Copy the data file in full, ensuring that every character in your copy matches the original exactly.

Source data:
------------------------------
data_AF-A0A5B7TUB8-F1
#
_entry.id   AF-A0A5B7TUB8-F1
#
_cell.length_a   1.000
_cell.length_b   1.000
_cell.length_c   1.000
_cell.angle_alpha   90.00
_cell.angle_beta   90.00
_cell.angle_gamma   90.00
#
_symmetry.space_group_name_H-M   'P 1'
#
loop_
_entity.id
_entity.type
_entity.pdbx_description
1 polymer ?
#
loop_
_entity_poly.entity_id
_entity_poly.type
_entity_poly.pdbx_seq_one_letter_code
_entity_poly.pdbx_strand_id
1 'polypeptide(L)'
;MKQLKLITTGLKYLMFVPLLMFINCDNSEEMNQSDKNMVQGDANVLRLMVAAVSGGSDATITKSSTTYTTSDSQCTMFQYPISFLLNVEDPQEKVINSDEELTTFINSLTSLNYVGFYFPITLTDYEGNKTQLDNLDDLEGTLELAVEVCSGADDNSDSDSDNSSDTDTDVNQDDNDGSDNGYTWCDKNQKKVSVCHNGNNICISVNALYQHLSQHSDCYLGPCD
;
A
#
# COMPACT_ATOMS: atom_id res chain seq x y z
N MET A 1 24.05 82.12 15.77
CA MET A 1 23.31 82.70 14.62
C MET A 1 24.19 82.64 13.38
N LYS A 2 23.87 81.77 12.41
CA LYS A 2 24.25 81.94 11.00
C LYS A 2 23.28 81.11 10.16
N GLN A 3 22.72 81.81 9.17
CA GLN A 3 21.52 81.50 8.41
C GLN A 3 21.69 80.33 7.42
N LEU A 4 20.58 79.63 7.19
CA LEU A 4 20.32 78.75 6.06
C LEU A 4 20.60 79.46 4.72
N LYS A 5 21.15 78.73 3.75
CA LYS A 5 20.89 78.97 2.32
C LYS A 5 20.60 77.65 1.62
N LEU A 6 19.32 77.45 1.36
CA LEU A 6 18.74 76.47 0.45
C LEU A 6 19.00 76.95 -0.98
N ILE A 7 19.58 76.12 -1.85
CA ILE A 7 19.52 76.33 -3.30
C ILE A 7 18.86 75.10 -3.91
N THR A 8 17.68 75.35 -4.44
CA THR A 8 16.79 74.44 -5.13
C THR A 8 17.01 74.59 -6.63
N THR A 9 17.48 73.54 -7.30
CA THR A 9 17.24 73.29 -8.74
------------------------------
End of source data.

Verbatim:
data_AF-A0A5B7TUB8-F1
#
_entry.id   AF-A0A5B7TUB8-F1
#
_cell.length_a   1.000
_cell.length_b   1.000
_cell.length_c   1.000
_cell.angle_alpha   90.00
_cell.angle_beta   90.00
_cell.angle_gamma   90.00
#
_symmetry.space_group_name_H-M   'P 1'
#
loop_
_entity.id
_entity.type
_entity.pdbx_description
1 polymer ?
#
loop_
_entity_poly.entity_id
_entity_poly.type
_entity_poly.pdbx_seq_one_letter_code
_entity_poly.pdbx_strand_id
1 'polypeptide(L)'
;MKQLKLITTGLKYLMFVPLLMFINCDNSEEMNQSDKNMVQGDANVLRLMVAAVSGGSDATITKSSTTYTTSDSQCTMFQYPISFLLNVEDPQEKVINSDEELTTFINSLTSLNYVGFYFPITLTDYEGNKTQLDNLDDLEGTLELAVEVCSGADDNSDSDSDNSSDTDTDVNQDDNDGSDNGYTWCDKNQKKVSVCHNGNNICISVNALYQHLSQHSDCYLGPCD
;
A
#
# COMPACT_ATOMS: atom_id res chain seq x y z
N MET A 1 24.05 82.12 15.77
CA MET A 1 23.31 82.70 14.62
C MET A 1 24.19 82.64 13.38
N LYS A 2 23.87 81.77 12.41
CA LYS A 2 24.25 81.94 11.00
C LYS A 2 23.28 81.11 10.16
N GLN A 3 22.72 81.81 9.17
CA GLN A 3 21.52 81.50 8.41
C GLN A 3 21.69 80.33 7.42
N LEU A 4 20.58 79.63 7.19
CA LEU A 4 20.32 78.75 6.06
C LEU A 4 20.60 79.46 4.72
N LYS A 5 21.15 78.73 3.75
CA LYS A 5 20.89 78.97 2.32
C LYS A 5 20.60 77.65 1.62
N LEU A 6 19.32 77.45 1.36
CA LEU A 6 18.74 76.47 0.45
C LEU A 6 19.00 76.95 -0.98
N ILE A 7 19.58 76.12 -1.85
CA ILE A 7 19.52 76.33 -3.30
C ILE A 7 18.86 75.10 -3.91
N THR A 8 17.68 75.35 -4.44
CA THR A 8 16.79 74.44 -5.13
C THR A 8 17.01 74.59 -6.63
N THR A 9 17.48 73.54 -7.30
CA THR A 9 17.24 73.29 -8.74